All I need to do now is check my email, which I already do more often than I should.

RSS Reader

Another option is using an RSS reader, since both themes and plugin give you feeds for support and reviews. I use Feedly to handle my feeds and this option is slightly easier to set up. You just need to add all your plugin and theme feeds and optionally organize them.

WordPress.org support with Feedly

The thing with feeds though is that they can be slightly delayed. Not necessarily a problem, but worth knowing.

Reviews Are Important, Too

Since you’re setting all this for support requests, don’t forget about reviews. These are the feeds WordPress.org generates for theme and plugin reviews:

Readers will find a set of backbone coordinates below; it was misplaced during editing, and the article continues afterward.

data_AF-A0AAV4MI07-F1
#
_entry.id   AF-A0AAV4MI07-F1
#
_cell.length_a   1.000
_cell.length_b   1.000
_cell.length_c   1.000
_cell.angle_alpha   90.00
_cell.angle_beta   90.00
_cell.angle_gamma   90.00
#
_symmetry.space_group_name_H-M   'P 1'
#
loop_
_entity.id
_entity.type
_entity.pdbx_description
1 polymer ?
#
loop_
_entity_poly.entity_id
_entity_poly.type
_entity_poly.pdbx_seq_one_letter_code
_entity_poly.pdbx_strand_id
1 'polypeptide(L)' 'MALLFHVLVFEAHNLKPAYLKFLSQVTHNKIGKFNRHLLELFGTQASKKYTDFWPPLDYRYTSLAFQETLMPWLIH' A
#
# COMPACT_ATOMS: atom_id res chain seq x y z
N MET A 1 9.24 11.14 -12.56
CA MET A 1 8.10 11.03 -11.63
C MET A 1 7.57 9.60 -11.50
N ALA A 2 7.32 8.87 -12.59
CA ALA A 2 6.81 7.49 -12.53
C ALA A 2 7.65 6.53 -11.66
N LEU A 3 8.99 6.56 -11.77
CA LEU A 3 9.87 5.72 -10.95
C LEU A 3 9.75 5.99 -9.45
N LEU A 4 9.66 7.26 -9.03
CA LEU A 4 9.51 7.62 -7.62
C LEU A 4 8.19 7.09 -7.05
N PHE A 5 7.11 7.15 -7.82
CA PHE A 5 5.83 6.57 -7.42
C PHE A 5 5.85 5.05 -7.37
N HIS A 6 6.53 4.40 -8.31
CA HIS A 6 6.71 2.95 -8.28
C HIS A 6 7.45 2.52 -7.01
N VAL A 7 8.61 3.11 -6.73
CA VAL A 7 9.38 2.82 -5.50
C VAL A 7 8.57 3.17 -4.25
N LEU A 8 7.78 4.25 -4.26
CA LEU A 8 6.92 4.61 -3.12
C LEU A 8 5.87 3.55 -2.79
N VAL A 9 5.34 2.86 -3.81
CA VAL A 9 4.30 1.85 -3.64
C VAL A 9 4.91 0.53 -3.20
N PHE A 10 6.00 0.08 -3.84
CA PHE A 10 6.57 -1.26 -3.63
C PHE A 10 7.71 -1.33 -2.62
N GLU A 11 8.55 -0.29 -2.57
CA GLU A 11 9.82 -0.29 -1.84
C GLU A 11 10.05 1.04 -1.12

• http://wordpress.org/support/rss/view/theme-reviews/theme-slug
  • http://wordpress.org/support/rss/view/plugin-reviews/plugin-slug

Not sure if this is the best way for you to handle wordpress.org theme and plugin support and reviews, but I just wanted to get all my notifications in one place, rather than being forced to check manually if there’s something going on. IFTTT + Gmail combo worked great.

WordPress plugin collaboration

We’re Going To Release Some Plugins Together

It’s happening :)

Last two days felt like a WordCamp. Since I published my previous post about releasing a WordPress plugin together on Tuesday almost twenty people expressed interest in co-releasing WordPress plugins. Can’t name drop everyone here, but @Josh412‘s enthusiasm about this is something that can’t be properly described.

So, How Do We Do It?